To: Doug Feith, Mind Overlord
From: Winston/Ministry of Truth
Re: WMD (Weapons of Mind Destruction)
As you know, our department has been, er, overwhelmed with assignments of late. We understand your wrath and beg you not to subject us to scorn. We toil in an unweeded garden.
In spite of our burdens, we have achieved singular success in our "Queen of Hearts" project. I can now assure you that, by the end of the year, our efforts will have rehabilitated the words "imperial" and "empire." "Imperialist," a slightly more sticky wicket, will be cleansed by mid-2004. We are investigating certain harmonies with Lenin, who considered imperialism to be the "highest stage of capitalism."
Our latest success appeared in USA Today, a coincidence that warms my heart. May I remind Your Benevolence that the very name of this organ represents another great victory for WMD — in fact, it was my very first project after being assigned to the Enlightenment Suite. Everyone thinks that it was easy to manipulate the adoption of that little logo, but I can attest to the inordinate difficulties we had, including the ultimate insult — when that Ivy-league copy editor leaked her famous memo, alleging that we were proposing something "revolutionary." Of course we were — but it was none of her damned business, the meddlesome little termagant. After all, the removal of the periods after the letters induces the reader's malleable mind to forget that there were ever "states" any other than those eternally united by our benevolent forebearer, Father Abraham. And we ram this message home every day, Your Benevolence, from every newsstand in the USA!
I am indeed proud of this, my initial success (heh, heh — get it, O Benevolent One? Initial…? Well, you can pardon me my professional puns, we have so little time for humor here in the department any more).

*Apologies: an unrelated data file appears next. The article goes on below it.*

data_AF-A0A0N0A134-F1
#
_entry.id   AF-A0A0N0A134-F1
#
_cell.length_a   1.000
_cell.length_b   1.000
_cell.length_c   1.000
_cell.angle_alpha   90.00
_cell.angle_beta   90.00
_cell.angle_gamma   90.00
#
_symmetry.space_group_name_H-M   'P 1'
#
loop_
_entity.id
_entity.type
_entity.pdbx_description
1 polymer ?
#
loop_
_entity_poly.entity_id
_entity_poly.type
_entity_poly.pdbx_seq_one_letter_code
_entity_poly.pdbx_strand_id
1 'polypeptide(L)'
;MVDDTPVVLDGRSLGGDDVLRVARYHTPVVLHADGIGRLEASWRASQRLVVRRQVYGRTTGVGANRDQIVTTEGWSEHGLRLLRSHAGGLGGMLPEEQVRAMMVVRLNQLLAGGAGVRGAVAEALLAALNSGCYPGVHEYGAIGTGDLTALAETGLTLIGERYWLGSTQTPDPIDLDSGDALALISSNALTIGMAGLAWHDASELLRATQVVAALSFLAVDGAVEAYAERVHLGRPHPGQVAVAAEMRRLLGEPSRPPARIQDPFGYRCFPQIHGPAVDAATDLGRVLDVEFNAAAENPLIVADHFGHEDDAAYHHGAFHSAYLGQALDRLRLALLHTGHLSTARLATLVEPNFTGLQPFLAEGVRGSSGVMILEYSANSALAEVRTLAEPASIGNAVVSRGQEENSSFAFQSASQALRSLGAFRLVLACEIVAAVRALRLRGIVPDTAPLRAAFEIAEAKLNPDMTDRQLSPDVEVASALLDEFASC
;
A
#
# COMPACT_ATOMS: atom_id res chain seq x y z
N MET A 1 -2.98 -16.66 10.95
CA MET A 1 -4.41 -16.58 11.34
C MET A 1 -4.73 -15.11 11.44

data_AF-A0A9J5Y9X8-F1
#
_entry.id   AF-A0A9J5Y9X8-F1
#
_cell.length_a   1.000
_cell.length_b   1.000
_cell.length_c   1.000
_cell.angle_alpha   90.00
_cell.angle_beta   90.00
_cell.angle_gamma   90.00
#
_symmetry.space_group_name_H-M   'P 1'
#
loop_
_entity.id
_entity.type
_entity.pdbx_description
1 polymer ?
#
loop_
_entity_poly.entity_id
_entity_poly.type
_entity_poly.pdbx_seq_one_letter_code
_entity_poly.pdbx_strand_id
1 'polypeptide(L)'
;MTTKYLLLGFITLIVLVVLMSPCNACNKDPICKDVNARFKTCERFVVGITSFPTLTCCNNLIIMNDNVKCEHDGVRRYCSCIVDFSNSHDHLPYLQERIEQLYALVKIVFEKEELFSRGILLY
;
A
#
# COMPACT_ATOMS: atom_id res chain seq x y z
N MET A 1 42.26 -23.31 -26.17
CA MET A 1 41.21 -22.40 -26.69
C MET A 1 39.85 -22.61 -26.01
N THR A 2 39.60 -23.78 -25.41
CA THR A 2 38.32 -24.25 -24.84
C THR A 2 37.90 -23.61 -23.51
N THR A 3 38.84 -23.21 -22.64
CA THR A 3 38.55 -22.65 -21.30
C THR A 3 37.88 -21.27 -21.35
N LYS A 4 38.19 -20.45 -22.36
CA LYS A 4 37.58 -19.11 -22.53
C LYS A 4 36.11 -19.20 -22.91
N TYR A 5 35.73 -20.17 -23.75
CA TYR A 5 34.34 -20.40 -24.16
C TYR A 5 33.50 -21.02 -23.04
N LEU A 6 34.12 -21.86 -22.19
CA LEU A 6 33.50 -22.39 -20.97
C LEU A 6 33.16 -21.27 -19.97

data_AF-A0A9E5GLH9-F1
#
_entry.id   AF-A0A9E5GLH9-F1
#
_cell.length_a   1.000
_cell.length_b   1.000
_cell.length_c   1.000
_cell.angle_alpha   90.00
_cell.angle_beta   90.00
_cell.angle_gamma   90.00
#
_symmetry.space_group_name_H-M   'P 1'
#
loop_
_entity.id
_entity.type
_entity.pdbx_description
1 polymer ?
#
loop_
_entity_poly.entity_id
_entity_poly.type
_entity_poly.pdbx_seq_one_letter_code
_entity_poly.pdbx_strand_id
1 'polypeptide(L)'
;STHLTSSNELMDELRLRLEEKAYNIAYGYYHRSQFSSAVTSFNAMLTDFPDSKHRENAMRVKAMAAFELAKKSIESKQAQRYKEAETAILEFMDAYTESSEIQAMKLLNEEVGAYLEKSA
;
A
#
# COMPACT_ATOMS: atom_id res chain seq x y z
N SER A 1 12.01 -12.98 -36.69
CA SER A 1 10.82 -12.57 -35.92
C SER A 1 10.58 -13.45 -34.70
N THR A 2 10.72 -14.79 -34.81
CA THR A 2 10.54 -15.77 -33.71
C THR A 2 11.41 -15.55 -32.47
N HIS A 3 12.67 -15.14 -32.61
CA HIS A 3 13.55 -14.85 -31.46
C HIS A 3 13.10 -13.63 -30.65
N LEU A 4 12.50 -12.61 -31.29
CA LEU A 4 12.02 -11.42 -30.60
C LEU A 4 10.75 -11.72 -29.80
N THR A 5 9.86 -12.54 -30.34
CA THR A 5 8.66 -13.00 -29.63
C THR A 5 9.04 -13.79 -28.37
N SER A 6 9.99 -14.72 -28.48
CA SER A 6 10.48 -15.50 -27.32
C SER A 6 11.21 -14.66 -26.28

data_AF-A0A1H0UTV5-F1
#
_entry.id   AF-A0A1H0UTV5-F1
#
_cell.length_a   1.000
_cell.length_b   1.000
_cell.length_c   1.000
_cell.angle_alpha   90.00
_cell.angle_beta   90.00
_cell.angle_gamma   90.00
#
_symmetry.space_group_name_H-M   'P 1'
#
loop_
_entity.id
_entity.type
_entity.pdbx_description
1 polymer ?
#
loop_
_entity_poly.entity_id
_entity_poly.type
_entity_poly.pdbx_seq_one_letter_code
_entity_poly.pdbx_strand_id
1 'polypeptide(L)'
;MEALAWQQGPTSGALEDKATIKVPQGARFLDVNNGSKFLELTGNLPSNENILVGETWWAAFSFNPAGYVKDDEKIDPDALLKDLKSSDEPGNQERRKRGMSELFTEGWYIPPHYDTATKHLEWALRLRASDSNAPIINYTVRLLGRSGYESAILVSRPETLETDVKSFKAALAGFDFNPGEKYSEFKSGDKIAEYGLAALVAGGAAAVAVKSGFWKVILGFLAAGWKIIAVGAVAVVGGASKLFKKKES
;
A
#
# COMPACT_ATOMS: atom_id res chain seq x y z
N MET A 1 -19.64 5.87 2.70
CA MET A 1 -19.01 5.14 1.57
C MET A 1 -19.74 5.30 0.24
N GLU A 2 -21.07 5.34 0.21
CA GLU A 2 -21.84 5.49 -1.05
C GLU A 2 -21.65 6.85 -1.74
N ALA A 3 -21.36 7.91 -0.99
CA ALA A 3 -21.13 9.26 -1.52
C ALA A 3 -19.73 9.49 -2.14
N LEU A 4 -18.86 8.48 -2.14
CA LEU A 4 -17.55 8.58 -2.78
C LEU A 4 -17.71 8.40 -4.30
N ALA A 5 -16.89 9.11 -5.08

Little humor, but great victories! As I was saying, in yesterday's edition of USA Today, one of our most prodigious acolytes, Max Boot, cut straight through the chit-chat-chaff to praise imperialism — US imperialism! — and no one blinked!
His tactic was one that our advisors found to be quite successful during the Clinton years, although it was often wielded in a manner somewhat lacking in delicacy: Deny, deny, deny — then, suddenly, confirm, with a "So what?!!"
(Of course, this tactic of sudden confirmation commingled with righteous scorn has not always succeeded, witness our friend Bill Bennett, who is having some trouble rescuing his vocabulary of virtue from the usual predators just now.)
Fortunately, our success has experienced no such Bennettian impediments! Brother Max adopted our tried-and-true formula. First, the denial (and he quoted His Reverence himself!! Daring stroke!):
When asked on April 28 on al-Jazeera whether the United States was ''empire building,'' Secretary of Defense Donald Rumsfeld reacted as if he'd been asked whether he wears women's underwear. ''We don't seek empires,'' he replied huffily. ''We're not imperialistic. We never have been.''
The denial was firm. Planted. Even swallowed. But then our wily Boot introduced the counter-intuitive audacious assertion pattern — Louisiana, Puerto Rico, Hawaii, Alaska, all fruits of American imperialism. Boot slyly nudged the reader, "hey, empire ain't all that bad" — he even called America an "Empire of Liberty!"
I groaned with secret satisfaction and pleasure. He did not contradict His Reverence, he merely added nuance. Dialectical multi-dimensionality. Superb.
Believe me, O Benevolent One, we worked on this for months down here. As you know, our expenses for focus groups are higher than those for any other project in our history. But imagine our task!
On the first day we asked the groups what came to mind when they heard "empire."
"George III ,,, Hitler … Stalin … Third Reich"
Can you not see? Our work was obviously cut out for us.
It took us weeks — months, even. We worked hard to make the word sound less strident, less dangerous, less threatening. Each of our sessions — some of them were all-nighters! — aimed at a particular manipulation. Here were our goals for the word "empire":
Meaningless, so that you do not find it hard to swallow (so what if you scratch your head?);
Familiar, so that you find it "traditional" — remember Teddy R charging up San Juan Hill?
Harmless, even helpful, so that you find it salutary — you are grateful to those who had the nasty job of re-educating all those Nazis;